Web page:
• January 11, 2021
  • Rebecca Fitzpatrick, PharmD, Pharmacist

Today, is National Pharmacist Day, and we are celebrating by sharing 4 things you may not know about your local pharmacist.

Even if you don’t take prescription medication on a regular basis, chances are you’ve benefited from the expertise of a pharmacist in some way. Maybe a pharmacist helped guide you with the correct dosage of Tylenol for a child. Perhaps one reminded you that it was time for your annual flu shot. Or, maybe they even advised you on a supplement or vitamin that best fit your needs. In any case, your pharmacist is a very important part of your health care team, even if you don’t fully realize it!

1. Pharmacists have completed 5-8 years of school, depending on when they graduated 

As of July 1, 2000, all pharmacy schools began only offering a Doctor of Pharmacy (PharmD) degree. Pharmacists go through intense training to learn about pharmacokinetics (how medications are absorbed, distributed, metabolized [broken down by the body], and excreted), pharmacology (medication uses, effects, and actions), and patient care. Pharmacists want to help you be as healthy as you can be!

2. Pharmacists administer immunizations 

Have you ever wondered if you are up to date on all of your vaccines? Your pharmacist is able to review your state’s immunization registry to evaluate which vaccinations you have already received and vaccines you may be due for. Pharmacists are able to administer most vaccines without a prescription. For more information, contact your local Hartig Drug about which vaccines they administer and which you may be due to receive. The CDC also has a helpful page that lists recommended vaccines for adults by age group & other categories https://www.cdc.gov/vaccines/adults/rec-vac/index.html 

 

3. Pharmacists provide medication & lifestyle counseling 

Have you ever had a question about what to take for a cold, allergies, constipation, diarrhea, or something else? Your pharmacist can evaluate medications you already take, allergies & diseases you have, and any other special concerns to help recommend the best product for you!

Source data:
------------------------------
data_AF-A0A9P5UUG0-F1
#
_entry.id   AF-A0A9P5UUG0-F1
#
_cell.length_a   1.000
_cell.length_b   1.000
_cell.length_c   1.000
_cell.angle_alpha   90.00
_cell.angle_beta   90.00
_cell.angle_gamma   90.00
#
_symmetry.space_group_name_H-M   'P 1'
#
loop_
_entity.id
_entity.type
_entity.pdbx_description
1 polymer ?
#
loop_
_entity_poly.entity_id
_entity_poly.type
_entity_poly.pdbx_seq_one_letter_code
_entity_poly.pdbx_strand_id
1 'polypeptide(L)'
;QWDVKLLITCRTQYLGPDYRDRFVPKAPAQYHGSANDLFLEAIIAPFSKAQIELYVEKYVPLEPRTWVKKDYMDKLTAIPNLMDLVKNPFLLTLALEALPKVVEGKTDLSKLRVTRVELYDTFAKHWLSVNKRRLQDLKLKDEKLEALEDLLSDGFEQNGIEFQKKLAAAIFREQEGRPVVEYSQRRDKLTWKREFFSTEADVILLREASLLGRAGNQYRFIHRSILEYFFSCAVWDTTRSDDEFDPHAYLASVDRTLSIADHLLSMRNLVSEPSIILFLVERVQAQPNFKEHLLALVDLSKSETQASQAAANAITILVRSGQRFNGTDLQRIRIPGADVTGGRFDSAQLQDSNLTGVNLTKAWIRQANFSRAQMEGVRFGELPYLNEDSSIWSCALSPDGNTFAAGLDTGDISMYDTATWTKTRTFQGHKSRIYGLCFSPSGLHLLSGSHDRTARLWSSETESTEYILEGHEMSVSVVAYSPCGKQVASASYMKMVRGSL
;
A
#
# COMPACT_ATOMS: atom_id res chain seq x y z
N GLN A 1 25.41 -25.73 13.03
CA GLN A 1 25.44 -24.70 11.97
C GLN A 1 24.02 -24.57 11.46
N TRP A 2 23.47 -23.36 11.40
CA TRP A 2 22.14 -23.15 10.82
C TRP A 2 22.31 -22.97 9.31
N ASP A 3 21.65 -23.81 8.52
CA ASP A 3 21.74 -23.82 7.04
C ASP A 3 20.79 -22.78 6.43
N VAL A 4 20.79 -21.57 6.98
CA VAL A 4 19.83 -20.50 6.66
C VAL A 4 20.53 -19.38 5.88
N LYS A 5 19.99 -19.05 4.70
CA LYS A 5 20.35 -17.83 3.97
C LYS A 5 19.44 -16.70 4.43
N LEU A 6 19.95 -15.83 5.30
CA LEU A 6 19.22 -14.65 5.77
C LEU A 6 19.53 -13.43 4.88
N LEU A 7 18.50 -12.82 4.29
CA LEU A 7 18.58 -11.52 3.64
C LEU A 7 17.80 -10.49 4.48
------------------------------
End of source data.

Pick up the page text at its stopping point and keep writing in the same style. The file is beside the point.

4. Pharmacists coordinate care 

Do you take prescriptions from multiple doctors in different clinics? Many times, doctors are unable to see medications you receive from other doctors, especially if they are in different clinics/health systems. It is important to help your pharmacist keep your medication list updated so they can continually check to make sure all of your medications are safe to take together. 

Example - You are admitted to the hospital and aren’t able to tell the hospital staff what you take. In this case, the hospital often faxes your regular pharmacy to request a refill history and medication list. If this list is not up to date, or you fill at multiple pharmacies, it is difficult for the hospital to know which medications to give you.

Rebecca Fitzpatrick, PharmD, Pharmacist

Rebecca Fitzpatrick, PharmD, Pharmacist

Rebecca “Becca” Fitzpatrick, PharmD, is a Pharmacist/Clinical Services Coordinator for Hartig Drug Company in Dubuque, Iowa. She graduated from the University of Iowa College of Pharmacy in 2017 and has worked at Hartig for three years.

Originally from Bellevue, Iowa, Fitzpatrick fell in love with the pharmacy profession after graduating high school. Her mom, also a pharmacist, got Fitzpatrick a job as a pharmacy technician at the community pharmacy she managed. On her first day, Fitzpatrick watched her mom counsel a patient she had known for ten years and saw firsthand the love, compassion, and knowledge she brought to the encounter. At that moment, Fitzpatrick knew she couldn’t wait to start helping patients, optimize patient medication regimens, and gain clinical knowledge.

Fitzpatrick resides in Dubuque with her husband Steven, and her furbaby (cat), Emmy. She enjoys crocheting, reading, practicing piano, and watching movies.

Fitzpatrick enjoys working for Hartig but especially loves calling patients to review their medication lists, make sure everything is working okay, and check to see if patients have any side effects. Creating the connection to patients, the same way her mom taught her, is essential to Fitzpatrick.